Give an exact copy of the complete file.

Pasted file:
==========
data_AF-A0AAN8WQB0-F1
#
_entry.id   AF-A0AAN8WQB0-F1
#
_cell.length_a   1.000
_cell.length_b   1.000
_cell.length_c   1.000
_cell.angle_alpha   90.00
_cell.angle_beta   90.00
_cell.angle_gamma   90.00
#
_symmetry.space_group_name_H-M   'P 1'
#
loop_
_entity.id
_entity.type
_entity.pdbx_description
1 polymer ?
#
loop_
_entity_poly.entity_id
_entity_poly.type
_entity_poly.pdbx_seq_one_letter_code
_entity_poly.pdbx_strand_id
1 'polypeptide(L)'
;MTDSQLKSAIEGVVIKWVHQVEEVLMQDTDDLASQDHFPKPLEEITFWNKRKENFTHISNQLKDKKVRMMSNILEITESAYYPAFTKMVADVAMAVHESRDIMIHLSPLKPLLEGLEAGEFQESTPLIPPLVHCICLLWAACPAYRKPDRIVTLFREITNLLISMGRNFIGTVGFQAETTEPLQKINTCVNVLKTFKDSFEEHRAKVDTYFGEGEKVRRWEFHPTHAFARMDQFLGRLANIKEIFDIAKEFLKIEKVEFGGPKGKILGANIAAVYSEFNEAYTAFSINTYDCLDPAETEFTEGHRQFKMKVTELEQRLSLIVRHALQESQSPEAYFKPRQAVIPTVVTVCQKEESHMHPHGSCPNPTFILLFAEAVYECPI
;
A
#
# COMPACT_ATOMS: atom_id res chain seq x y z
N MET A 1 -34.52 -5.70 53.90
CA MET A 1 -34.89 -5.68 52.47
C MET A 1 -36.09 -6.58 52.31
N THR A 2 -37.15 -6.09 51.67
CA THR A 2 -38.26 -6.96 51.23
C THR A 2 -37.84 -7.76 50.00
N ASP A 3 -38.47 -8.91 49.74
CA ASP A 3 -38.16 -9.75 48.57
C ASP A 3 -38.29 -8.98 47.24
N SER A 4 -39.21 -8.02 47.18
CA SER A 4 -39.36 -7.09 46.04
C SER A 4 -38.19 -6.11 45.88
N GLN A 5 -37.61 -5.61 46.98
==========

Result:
data_AF-A0AAN8WQB0-F1
#
_entry.id   AF-A0AAN8WQB0-F1
#
_cell.length_a   1.000
_cell.length_b   1.000
_cell.length_c   1.000
_cell.angle_alpha   90.00
_cell.angle_beta   90.00
_cell.angle_gamma   90.00
#
_symmetry.space_group_name_H-M   'P 1'
#
loop_
_entity.id
_entity.type
_entity.pdbx_description
1 polymer ?
#
loop_
_entity_poly.entity_id
_entity_poly.type
_entity_poly.pdbx_seq_one_letter_code
_entity_poly.pdbx_strand_id
1 'polypeptide(L)'
;MTDSQLKSAIEGVVIKWVHQVEEVLMQDTDDLASQDHFPKPLEEITFWNKRKENFTHISNQLKDKKVRMMSNILEITESAYYPAFTKMVADVAMAVHESRDIMIHLSPLKPLLEGLEAGEFQESTPLIPPLVHCICLLWAACPAYRKPDRIVTLFREITNLLISMGRNFIGTVGFQAETTEPLQKINTCVNVLKTFKDSFEEHRAKVDTYFGEGEKVRRWEFHPTHAFARMDQFLGRLANIKEIFDIAKEFLKIEKVEFGGPKGKILGANIAAVYSEFNEAYTAFSINTYDCLDPAETEFTEGHRQFKMKVTELEQRLSLIVRHALQESQSPEAYFKPRQAVIPTVVTVCQKEESHMHPHGSCPNPTFILLFAEAVYECPI
;
A
#
# COMPACT_ATOMS: atom_id res chain seq x y z
N MET A 1 -34.52 -5.70 53.90
CA MET A 1 -34.89 -5.68 52.47
C MET A 1 -36.09 -6.58 52.31
N THR A 2 -37.15 -6.09 51.67
CA THR A 2 -38.26 -6.96 51.23
C THR A 2 -37.84 -7.76 50.00
N ASP A 3 -38.47 -8.91 49.74
CA ASP A 3 -38.16 -9.75 48.57
C ASP A 3 -38.29 -8.98 47.24
N SER A 4 -39.21 -8.02 47.18
CA SER A 4 -39.36 -7.09 46.04
C SER A 4 -38.19 -6.11 45.88
N GLN A 5 -37.61 -5.61 46.98